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Roy Whitton





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The following Obituary for Roy Whitton appeared in The Age on
09 May 2009

Pioneer played key role in attracting the world to ‘bula bula’ islands

9.3.1918 - 1.3.2009

By RHONDA WHITTON (niece of Roy Whitton)

Roy Whitton, a visionary expatriate who played a leading role in the development of tourism in Fiji and community health, has died at his home at Vuda, on the main island of Viti Levu. He was almost 91.
Roy, who moved to Fiji from Australia in 1965, was honoured by the governments of both countries for his efforts in community health and international relations, particularly as chairman of the Fiji orthopaedic training program now known as the Orthopaedic Outreach Fund.
Such was the esteem in which he was held that his funeral service was attended by the paramount chief of the Burebasaga Confederacy, Na Marama Tui Dreken, Ro Temumu Kepa, as well as the country’s former vice president, Ratu Ione Madraiwiwi.
The Australian government awarded Roy the Order of Australia in 1996 for his work at Lautoka Hospital.
Roy was born at Williamstown in Melbourne, one of six children. He left school early to help on the family farm near Geelong, but it was soon apparent that he was ambitious and had other plans for his life. He joined the Royal Australian Navy in 1939 and served throughout World War ll.
After the war he joined Qantas in Sydney as a traffic officer for the flying boats; later he was traffic manager at Sydney airport and was involved with the introduction of the airline’s worldwide central reservations system. In 1965 he was part of the Qantas team that took delivery of the airline’s first Boeing 707 aircraft.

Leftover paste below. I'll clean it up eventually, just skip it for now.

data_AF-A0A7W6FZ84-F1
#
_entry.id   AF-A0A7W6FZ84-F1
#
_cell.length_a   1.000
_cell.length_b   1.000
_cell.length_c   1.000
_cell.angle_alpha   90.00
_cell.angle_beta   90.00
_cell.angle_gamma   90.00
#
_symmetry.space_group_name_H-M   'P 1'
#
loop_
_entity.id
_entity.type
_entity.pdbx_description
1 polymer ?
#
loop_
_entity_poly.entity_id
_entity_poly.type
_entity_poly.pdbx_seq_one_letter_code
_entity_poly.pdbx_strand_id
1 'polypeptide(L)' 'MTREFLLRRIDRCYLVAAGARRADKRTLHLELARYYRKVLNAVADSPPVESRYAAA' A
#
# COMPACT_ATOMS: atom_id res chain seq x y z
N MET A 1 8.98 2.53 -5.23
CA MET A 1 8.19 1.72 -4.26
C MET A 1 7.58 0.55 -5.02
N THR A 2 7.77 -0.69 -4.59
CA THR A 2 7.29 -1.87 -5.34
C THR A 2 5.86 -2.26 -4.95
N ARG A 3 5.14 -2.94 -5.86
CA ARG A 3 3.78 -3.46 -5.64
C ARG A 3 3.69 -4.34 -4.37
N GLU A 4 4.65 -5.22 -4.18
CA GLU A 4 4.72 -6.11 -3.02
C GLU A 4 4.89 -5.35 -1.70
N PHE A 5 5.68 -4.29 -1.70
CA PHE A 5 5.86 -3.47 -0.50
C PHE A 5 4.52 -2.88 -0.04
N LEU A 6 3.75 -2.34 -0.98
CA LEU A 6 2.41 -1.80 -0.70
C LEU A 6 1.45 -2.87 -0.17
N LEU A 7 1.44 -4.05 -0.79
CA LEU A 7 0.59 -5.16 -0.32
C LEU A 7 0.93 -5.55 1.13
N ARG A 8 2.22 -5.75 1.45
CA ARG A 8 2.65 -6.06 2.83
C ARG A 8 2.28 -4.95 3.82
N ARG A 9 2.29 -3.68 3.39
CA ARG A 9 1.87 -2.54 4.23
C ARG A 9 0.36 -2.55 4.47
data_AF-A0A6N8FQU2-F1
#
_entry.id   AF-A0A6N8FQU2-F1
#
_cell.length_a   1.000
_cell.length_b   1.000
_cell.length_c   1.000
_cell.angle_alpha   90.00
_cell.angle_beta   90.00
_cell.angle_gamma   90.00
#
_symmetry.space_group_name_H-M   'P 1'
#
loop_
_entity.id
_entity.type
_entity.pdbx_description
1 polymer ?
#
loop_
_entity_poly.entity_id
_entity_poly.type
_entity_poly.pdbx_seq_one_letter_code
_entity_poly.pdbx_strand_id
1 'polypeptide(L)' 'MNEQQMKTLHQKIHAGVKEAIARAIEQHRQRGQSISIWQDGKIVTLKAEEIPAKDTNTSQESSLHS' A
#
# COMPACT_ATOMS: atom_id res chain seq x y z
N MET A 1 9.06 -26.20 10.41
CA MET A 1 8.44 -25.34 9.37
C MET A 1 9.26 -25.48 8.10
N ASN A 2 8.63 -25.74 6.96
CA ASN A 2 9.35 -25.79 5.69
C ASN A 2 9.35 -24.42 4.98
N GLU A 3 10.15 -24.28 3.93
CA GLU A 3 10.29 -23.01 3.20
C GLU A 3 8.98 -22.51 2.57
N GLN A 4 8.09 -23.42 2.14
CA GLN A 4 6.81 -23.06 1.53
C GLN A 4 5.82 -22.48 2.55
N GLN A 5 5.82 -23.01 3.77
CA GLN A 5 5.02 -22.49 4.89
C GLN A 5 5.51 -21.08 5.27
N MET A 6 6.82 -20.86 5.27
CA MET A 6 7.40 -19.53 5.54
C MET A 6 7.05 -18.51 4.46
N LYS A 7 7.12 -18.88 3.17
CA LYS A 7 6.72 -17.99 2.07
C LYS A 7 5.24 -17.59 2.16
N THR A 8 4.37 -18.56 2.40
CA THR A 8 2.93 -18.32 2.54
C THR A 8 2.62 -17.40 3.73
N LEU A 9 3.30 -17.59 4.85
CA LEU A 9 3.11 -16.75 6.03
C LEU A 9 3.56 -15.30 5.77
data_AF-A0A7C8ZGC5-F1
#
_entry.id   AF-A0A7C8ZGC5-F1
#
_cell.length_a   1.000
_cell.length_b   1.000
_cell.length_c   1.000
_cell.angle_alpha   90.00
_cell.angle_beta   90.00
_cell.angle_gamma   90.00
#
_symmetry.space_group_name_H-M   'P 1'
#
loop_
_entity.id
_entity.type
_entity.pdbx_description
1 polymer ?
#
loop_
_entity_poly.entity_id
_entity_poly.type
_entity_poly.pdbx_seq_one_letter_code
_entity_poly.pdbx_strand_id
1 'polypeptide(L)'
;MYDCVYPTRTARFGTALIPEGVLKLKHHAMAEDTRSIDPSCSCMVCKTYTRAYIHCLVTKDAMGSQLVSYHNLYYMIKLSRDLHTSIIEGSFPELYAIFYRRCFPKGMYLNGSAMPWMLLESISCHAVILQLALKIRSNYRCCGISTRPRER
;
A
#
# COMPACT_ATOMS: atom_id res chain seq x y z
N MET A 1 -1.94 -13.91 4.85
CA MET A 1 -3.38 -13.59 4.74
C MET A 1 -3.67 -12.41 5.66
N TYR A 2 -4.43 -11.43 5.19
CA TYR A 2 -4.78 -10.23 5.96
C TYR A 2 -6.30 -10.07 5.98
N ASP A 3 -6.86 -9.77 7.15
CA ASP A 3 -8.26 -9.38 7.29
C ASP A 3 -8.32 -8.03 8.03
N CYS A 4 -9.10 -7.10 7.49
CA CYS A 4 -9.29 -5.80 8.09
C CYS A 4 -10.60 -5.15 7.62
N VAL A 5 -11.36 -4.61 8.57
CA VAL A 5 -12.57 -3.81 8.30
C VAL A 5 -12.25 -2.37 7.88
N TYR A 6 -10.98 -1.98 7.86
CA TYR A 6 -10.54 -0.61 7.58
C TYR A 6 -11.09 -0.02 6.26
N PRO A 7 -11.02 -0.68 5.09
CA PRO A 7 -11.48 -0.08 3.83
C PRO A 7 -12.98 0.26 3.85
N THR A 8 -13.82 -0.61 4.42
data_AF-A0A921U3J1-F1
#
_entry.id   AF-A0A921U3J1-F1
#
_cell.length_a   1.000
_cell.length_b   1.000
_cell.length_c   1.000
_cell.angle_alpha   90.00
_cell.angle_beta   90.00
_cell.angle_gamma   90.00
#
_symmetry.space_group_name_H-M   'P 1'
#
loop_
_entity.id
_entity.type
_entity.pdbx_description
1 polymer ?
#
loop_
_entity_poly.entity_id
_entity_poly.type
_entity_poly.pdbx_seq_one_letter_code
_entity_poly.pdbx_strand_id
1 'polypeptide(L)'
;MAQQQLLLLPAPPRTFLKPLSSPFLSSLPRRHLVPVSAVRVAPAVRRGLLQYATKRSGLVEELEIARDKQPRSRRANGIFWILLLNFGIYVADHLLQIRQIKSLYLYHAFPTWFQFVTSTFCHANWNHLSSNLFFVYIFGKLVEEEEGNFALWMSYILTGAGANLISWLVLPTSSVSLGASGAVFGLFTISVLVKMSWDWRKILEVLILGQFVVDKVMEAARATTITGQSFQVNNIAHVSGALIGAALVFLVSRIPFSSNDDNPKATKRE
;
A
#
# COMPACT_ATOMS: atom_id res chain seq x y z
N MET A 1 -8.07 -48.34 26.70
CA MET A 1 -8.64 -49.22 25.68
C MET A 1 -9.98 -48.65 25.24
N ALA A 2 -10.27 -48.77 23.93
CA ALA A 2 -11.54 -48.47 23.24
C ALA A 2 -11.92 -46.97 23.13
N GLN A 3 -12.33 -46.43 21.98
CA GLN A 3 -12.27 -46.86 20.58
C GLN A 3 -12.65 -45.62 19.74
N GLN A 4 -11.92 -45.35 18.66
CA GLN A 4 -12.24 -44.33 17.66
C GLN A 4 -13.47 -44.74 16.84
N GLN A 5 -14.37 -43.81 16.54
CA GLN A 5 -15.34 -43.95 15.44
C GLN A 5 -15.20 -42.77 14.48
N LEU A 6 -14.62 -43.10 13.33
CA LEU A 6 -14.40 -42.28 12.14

Roy’s Qantas career culminated that year with his appointment as airport manager, Fiji. Soon after relocating to Nadi, Roy met and married Rose (Leikin Gock).
With Rose already working in the tourism industry, he saw the untapped potential for Fiji, and the dynamic husband-and-wife team set about offering tourists complete packages of accommodation, facilities, activities and entertainment.
Their vision for Fiji changed the face of that country’s tourism industry.
The Whittons introduced many firsts for Fiji: in 1967, they opened Fiji’s first restaurant/nightclub; three years later, he joined a partnership that developed the first international hotel. He also established the first drive-through bottle shop and free hotel shuttle bus from the airport.
Sightseeing tours, organised activities, road tours and rental cars all fuelled Whitton’s booming tourism empire. However, his biggest venture was supporting the company’s expansion into resort ownership and development. Roy was fond of saying, “Not bad for a lad who left school at 13”.
Roy died just eight days short of his 91st birthday. Coincidentally, his 92- year-old sister, Hazel Priestley, died 20 hours after her brother and they were buried on the same day - one in Fiji, one in Melbourne.
Whitton’s funeral service was traditionally Fijian, as was his burial at the nearby Balawa Cemetery.
The local church choir as well as a full gospel choir joined hundreds of mourners at the Lautoka Wesley Church and at the graveside.
From his first marriage, Roy is survived by his children Yvonne, Dianne, Rodney and Mark: he was also father to Tony and Rose.

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